Unrest Mars Malaysia Summit -- Protests Continue; Clinton Cancels Trip To Summit
KUALA LUMPUR, Malaysia - Police fired water cannons to drive back a crowd of anti-government protesters yesterday as they pushed toward a hotel where U.S. Secretary of State Madeleine Albright was taken after her arrival in Malaysia.
Seeking U.S. support, the demonstrators marched to within 200 yards of the gleaming Renaissance Hotel in downtown Kuala Lumpur.
Albright had been driven there after arriving to take part in preparations for a Pacific Rim summit on Tuesday and Wednesday.
Defying thousands of police and security officers stationed in the city for the international meeting, 3,000 people rallied downtown to criticize Prime Minister Mahathir Mohamad.
"Clinton, arrest Mahathir. Clinton, save us from Mahathir," the crowd screamed as they started toward the hotel.
It was not clear if Albright was in the hotel at the time.
President Clinton yesterday canceled his trip to the Asia-Pacific Economic Cooperation summit in order to deal with the crisis with Iraq. He sent Vice President Al Gore in his place.
Mahathir took aim at Clinton for the way he has handled the crisis with Iraq.
"I'd always hoped we could settle such problems with negotiations," Mahathir said. "Iraq is not an easy country, but lobbing bombs and grenades will not do anything to solve this problem."
In Kuala Lumpur, several marchers roughed up two policemen on the way to the hotel and set a police motorcycle on fire.
Plumes of smoke billowed in the air as police quickly sealed off the area around the hotel.
The protest broke up shortly before last midnight.
Today, more than 300 people demonstrated in downtown Kuala Lumpur at the close of a gathering of social activists in the Malaysian capital.
The activists closed a six-day conference today with a declaration opposing what they say is rampant global business expansion.
The activists say they hope their message will be heard by the leaders attending the APEC summit.
Yesterday, while officials from 20 Pacific Rim nations met to discuss Asia's financial crisis, police fired shots into the air to disperse thousands of people also demonstrating against the government.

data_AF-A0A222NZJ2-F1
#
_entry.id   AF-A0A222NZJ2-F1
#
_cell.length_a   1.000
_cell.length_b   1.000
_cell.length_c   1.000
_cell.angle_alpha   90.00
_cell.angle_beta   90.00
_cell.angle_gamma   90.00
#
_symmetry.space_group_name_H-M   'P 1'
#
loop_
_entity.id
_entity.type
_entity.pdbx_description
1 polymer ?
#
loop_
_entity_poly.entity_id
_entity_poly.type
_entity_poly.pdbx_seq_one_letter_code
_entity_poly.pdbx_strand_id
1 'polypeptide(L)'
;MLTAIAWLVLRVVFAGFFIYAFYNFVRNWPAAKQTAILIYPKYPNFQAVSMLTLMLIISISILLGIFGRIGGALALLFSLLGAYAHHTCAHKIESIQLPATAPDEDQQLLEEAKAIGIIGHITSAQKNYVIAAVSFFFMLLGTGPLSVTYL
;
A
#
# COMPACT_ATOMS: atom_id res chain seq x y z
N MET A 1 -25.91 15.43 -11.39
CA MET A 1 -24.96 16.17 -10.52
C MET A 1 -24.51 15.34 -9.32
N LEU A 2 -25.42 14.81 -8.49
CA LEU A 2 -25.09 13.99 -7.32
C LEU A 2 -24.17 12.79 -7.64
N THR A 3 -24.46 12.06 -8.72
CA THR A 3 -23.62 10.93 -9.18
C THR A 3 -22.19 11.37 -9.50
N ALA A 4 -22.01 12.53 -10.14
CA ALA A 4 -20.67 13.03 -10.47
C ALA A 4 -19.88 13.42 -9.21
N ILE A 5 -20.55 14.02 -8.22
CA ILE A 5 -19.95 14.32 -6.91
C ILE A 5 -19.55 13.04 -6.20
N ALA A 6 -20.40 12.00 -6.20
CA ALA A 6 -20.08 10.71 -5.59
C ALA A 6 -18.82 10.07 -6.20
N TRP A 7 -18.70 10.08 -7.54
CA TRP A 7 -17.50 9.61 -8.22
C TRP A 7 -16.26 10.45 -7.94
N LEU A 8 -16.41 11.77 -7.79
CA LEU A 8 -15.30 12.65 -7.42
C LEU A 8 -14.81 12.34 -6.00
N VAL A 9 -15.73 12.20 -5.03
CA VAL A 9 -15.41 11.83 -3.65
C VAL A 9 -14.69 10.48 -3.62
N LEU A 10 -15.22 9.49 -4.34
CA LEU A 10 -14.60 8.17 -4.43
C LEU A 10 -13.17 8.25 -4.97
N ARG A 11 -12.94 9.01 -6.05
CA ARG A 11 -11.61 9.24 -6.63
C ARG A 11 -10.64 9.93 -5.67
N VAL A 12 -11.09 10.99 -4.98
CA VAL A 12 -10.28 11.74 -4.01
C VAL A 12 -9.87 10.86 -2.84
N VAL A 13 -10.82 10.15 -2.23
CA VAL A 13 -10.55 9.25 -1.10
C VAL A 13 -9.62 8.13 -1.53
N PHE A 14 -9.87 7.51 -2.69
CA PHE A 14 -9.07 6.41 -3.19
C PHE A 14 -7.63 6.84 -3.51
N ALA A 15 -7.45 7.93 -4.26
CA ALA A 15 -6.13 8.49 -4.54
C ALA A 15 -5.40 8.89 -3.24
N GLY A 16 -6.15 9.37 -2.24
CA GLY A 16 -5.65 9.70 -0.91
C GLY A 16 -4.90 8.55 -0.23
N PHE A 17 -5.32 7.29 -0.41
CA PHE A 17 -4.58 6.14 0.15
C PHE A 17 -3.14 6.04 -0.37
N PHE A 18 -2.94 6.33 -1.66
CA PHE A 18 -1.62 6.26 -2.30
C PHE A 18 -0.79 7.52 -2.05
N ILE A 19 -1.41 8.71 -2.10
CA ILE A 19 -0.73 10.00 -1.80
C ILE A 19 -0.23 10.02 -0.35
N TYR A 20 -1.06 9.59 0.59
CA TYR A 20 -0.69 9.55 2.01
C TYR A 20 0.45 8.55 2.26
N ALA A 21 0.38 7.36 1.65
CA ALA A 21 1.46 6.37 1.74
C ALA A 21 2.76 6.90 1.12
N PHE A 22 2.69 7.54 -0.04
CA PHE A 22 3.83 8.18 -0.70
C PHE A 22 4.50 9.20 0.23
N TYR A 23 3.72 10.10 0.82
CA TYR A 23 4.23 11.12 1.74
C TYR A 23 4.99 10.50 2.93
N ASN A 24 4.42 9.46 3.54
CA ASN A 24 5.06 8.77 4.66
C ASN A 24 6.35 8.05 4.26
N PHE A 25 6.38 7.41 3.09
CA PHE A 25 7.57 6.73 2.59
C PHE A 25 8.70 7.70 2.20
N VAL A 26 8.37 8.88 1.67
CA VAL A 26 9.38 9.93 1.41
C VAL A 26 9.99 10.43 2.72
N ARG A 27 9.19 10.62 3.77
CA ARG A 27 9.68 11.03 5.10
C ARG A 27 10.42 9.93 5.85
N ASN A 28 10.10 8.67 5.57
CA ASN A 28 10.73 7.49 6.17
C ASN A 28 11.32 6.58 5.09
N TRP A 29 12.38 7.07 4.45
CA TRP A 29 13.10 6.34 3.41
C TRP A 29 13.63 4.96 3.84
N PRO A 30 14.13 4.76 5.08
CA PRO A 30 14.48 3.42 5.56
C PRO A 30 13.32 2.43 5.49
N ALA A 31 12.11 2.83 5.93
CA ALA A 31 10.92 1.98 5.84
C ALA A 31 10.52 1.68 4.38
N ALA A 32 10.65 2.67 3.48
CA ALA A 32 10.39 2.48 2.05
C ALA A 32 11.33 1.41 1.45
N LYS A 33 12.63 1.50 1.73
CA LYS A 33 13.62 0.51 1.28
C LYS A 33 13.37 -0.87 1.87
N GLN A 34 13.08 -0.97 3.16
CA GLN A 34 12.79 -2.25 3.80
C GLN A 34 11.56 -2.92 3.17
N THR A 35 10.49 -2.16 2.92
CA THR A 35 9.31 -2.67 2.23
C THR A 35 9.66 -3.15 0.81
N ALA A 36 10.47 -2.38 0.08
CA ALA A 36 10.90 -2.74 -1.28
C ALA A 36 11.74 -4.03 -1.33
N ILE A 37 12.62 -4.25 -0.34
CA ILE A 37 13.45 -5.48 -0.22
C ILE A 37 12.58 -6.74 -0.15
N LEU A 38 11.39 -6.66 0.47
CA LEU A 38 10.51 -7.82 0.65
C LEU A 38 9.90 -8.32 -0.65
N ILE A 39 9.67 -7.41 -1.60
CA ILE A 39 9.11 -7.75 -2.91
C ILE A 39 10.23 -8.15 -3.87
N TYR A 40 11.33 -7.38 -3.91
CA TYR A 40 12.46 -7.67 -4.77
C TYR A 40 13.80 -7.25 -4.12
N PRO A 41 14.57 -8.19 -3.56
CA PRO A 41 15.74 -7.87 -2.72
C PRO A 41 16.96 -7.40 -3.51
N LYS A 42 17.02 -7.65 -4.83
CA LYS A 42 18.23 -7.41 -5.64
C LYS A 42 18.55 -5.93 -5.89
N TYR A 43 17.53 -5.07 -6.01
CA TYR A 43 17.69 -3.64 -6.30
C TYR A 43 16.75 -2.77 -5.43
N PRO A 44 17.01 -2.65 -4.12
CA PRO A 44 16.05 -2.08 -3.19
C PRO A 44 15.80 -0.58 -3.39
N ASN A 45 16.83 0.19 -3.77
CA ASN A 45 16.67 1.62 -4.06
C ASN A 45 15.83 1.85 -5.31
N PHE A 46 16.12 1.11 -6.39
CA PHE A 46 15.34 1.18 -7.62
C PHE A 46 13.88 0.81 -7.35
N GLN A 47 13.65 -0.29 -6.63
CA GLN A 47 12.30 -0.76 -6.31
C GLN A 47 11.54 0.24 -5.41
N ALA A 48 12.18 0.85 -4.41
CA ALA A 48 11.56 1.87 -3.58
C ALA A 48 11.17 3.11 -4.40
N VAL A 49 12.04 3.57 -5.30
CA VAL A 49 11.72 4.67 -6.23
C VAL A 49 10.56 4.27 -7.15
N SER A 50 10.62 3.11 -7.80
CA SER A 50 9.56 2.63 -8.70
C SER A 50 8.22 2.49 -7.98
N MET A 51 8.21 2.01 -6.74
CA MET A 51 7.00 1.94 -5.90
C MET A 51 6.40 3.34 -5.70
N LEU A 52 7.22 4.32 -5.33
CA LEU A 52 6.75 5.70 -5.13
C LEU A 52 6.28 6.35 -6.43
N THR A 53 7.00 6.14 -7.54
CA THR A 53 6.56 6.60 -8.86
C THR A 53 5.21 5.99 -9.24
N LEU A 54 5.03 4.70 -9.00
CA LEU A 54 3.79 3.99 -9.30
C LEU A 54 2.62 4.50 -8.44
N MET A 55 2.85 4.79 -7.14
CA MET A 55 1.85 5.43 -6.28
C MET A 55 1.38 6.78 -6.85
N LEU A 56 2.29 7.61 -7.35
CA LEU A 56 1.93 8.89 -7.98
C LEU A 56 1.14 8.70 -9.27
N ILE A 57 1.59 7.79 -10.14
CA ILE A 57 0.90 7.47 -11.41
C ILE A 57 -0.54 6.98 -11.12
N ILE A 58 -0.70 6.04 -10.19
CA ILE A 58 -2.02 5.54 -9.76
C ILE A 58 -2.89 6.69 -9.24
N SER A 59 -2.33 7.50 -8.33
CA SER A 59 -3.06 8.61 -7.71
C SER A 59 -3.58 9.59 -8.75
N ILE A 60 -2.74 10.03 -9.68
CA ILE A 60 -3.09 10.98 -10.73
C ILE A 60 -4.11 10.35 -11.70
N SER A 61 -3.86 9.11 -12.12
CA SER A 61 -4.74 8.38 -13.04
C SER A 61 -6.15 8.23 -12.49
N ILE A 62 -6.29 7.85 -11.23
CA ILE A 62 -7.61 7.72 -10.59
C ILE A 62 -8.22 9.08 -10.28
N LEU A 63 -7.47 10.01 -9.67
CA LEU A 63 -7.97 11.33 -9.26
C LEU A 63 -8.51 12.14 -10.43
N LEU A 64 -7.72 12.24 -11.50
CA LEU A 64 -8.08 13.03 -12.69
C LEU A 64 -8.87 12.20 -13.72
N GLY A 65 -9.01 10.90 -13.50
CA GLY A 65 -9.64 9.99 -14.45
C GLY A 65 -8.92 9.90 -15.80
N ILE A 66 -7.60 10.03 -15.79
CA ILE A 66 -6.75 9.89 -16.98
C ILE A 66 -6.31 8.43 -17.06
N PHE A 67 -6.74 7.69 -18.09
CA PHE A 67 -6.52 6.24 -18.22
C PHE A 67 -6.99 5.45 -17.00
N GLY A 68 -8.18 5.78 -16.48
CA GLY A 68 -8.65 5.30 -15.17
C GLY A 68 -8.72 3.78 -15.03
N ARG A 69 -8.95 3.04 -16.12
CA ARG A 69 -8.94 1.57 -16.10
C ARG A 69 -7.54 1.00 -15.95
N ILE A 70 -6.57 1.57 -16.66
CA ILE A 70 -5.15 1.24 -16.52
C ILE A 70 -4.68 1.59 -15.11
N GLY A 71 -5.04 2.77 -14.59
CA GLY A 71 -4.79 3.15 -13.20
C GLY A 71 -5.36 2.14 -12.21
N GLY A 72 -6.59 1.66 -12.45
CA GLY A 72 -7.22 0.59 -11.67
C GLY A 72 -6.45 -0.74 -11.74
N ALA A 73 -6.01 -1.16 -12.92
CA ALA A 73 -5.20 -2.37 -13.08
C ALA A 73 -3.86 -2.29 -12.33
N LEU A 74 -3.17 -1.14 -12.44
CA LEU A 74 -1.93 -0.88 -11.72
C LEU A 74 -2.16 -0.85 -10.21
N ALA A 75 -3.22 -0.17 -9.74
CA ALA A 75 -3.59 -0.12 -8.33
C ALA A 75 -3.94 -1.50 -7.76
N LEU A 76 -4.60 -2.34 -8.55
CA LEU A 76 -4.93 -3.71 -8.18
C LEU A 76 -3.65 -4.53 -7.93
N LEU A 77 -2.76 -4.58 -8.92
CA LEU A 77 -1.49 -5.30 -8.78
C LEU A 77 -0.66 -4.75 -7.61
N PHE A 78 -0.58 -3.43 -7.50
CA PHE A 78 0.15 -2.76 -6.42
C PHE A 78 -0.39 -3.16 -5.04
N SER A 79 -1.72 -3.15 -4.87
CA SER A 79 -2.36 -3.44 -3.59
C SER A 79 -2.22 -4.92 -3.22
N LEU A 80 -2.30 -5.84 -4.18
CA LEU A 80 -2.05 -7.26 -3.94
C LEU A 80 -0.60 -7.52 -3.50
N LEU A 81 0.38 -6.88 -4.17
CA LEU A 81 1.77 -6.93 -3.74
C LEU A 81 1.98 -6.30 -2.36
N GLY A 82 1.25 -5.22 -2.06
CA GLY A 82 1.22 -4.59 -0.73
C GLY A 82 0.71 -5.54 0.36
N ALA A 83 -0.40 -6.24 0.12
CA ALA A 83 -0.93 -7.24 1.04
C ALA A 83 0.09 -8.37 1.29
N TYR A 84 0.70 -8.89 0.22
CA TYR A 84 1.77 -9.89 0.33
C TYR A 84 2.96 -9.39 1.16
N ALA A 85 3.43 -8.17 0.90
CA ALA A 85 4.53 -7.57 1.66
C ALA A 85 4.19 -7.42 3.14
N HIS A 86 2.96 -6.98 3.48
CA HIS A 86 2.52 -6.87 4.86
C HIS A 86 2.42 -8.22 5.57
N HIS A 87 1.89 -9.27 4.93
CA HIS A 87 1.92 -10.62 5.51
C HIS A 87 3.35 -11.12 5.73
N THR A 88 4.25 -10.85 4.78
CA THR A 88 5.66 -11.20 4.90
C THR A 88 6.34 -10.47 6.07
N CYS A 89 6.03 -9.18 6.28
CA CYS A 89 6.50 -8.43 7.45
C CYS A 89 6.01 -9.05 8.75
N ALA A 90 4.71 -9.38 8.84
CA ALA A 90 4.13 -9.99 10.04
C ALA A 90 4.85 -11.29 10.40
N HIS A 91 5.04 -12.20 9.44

It was the first time security forces had fired shots since anti-government protests began after the dismissal of Deputy Prime Minister Anwar Ibrahim on Sept. 2 and his subsequent arrest.
Anwar is being tried for alleged abuse of power and sexual misconduct. He denies the charges and says he is the victim of a political vendetta orchestrated by Mahathir.
Anwar's wife, Azizah Ismail, met yesterday with two top Canadian officials attending the APEC summit and plans to talk with Albright during her visit to Malaysia.
Canadian Foreign Minister Lloyd Axworthy and International Trade Minister Sergio Marchi expressed concern about allegations that Anwar has beaten by police while in prison.
The meeting came despite a plea by Mahathir that foreign officials attending the summit not meddle in Malaysia's affairs.
The plainclothes policemen's warning shots triggered a stampede among 2,000 protesters.
Witnesses said the crowd turned on the three officers after realizing they were not news photographers, as they first had appeared to be.
The use of undercover police posing as news photographers is bound to raise concerns among the thousands of foreign journalists who have converged on Kuala Lumpur for the summit.
Shortly after the warning shots, the crowd swelled from an estimated 2,000 to more than 3,000. The rally soon turned into chaos, with many fleeing in panic and others hurling stones at police officers. Many women and children were among the demonstrators.
Protesters had burned large portraits of the prime minister, and others blocked a nearby traffic intersection. Hundreds of people held banners demanding the resignation of Mahathir, who is Asia's longest-serving leader. He has ruled 17 years.
"Mahathir is power-crazy," one banner read.
Mahathir, the host of the Pacific Rim summit, has said he expected rallies to break out in support of his ousted deputy, who was once considered his successor.
Copyright (c) 1998 Seattle Times Company, All Rights Reserved.